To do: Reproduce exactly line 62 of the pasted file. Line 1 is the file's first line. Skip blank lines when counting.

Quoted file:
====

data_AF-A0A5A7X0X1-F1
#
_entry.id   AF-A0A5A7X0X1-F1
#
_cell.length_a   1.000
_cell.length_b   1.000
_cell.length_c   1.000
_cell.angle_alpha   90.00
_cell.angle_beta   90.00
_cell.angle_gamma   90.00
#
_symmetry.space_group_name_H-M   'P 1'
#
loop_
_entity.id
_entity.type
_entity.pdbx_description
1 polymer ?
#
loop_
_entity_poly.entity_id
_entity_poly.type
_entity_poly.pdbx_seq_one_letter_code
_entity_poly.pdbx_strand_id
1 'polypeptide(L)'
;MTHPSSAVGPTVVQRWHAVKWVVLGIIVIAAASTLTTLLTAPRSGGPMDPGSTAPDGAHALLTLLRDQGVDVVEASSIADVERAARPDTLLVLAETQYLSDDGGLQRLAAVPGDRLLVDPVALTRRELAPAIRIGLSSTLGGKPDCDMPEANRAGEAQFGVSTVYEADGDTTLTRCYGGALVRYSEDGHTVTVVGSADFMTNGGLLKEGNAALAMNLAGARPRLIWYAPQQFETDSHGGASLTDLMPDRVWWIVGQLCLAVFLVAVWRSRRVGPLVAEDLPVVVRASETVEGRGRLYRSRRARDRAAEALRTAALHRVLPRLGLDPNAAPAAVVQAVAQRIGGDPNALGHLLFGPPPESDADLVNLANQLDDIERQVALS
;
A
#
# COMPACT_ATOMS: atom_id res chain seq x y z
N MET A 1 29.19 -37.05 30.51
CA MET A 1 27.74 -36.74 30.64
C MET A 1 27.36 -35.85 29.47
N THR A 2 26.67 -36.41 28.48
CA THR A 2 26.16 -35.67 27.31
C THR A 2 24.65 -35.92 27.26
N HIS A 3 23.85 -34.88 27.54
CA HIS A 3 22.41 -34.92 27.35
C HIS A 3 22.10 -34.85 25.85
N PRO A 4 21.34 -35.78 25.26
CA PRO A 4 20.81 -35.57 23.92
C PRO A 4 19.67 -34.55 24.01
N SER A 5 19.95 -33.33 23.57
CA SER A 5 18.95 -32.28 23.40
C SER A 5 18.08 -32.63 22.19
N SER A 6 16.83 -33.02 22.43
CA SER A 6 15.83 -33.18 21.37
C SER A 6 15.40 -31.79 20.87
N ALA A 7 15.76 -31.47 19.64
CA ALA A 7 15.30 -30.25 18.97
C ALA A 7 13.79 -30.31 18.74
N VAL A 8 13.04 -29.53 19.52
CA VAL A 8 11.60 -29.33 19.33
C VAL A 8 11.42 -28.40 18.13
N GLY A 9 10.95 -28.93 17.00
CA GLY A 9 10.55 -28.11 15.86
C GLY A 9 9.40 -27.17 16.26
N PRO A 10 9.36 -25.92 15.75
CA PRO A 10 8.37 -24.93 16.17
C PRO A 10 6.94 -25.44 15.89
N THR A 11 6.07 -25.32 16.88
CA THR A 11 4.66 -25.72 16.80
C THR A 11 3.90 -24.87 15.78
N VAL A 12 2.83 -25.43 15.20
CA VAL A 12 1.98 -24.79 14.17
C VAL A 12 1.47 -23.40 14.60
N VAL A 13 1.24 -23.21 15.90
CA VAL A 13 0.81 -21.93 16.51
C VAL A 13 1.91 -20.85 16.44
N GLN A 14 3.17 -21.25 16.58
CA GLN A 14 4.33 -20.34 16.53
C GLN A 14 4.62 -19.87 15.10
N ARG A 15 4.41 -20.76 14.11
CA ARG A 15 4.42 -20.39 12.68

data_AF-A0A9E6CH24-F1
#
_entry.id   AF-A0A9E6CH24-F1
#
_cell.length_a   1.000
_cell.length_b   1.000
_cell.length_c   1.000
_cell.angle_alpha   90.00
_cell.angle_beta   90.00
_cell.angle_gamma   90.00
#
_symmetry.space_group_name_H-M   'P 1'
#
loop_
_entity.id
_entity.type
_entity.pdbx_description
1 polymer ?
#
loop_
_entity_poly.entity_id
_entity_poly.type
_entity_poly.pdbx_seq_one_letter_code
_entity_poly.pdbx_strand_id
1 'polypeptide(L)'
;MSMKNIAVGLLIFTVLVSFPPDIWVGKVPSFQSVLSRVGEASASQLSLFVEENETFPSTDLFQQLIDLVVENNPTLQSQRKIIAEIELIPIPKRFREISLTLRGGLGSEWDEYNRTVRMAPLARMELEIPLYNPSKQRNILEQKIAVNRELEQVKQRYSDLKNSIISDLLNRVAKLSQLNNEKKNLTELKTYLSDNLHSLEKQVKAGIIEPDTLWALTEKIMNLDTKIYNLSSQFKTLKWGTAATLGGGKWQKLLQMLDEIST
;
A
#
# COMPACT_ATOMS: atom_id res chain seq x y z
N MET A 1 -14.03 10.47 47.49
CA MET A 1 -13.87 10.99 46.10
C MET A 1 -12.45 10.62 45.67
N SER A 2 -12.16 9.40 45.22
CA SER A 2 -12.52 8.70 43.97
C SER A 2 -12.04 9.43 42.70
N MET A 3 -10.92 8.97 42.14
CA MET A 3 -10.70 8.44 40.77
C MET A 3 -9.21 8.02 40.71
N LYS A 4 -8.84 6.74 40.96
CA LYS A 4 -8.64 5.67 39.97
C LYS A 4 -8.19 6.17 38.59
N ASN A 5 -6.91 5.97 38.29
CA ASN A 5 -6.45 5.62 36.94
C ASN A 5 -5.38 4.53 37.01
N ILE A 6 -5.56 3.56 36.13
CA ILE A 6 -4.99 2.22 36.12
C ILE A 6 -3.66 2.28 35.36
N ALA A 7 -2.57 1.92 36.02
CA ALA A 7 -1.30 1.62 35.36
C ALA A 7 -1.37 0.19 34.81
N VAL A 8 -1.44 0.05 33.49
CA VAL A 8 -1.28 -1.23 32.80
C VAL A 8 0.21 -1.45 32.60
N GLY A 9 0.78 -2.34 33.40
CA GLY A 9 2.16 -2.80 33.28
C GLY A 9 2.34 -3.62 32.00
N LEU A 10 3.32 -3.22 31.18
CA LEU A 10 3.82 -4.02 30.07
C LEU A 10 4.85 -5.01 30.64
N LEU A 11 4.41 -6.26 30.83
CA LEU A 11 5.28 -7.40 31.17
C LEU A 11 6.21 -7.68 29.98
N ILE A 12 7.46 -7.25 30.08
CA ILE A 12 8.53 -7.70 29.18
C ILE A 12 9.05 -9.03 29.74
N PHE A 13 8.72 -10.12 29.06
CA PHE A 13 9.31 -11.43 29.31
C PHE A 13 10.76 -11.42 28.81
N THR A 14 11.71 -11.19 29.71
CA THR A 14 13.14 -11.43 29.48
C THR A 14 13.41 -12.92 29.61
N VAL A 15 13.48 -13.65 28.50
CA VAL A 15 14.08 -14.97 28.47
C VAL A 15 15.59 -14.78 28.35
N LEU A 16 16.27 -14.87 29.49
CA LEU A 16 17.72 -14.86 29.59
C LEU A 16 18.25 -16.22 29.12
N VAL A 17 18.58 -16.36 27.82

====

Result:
CA THR A 11 4.66 -25.72 16.80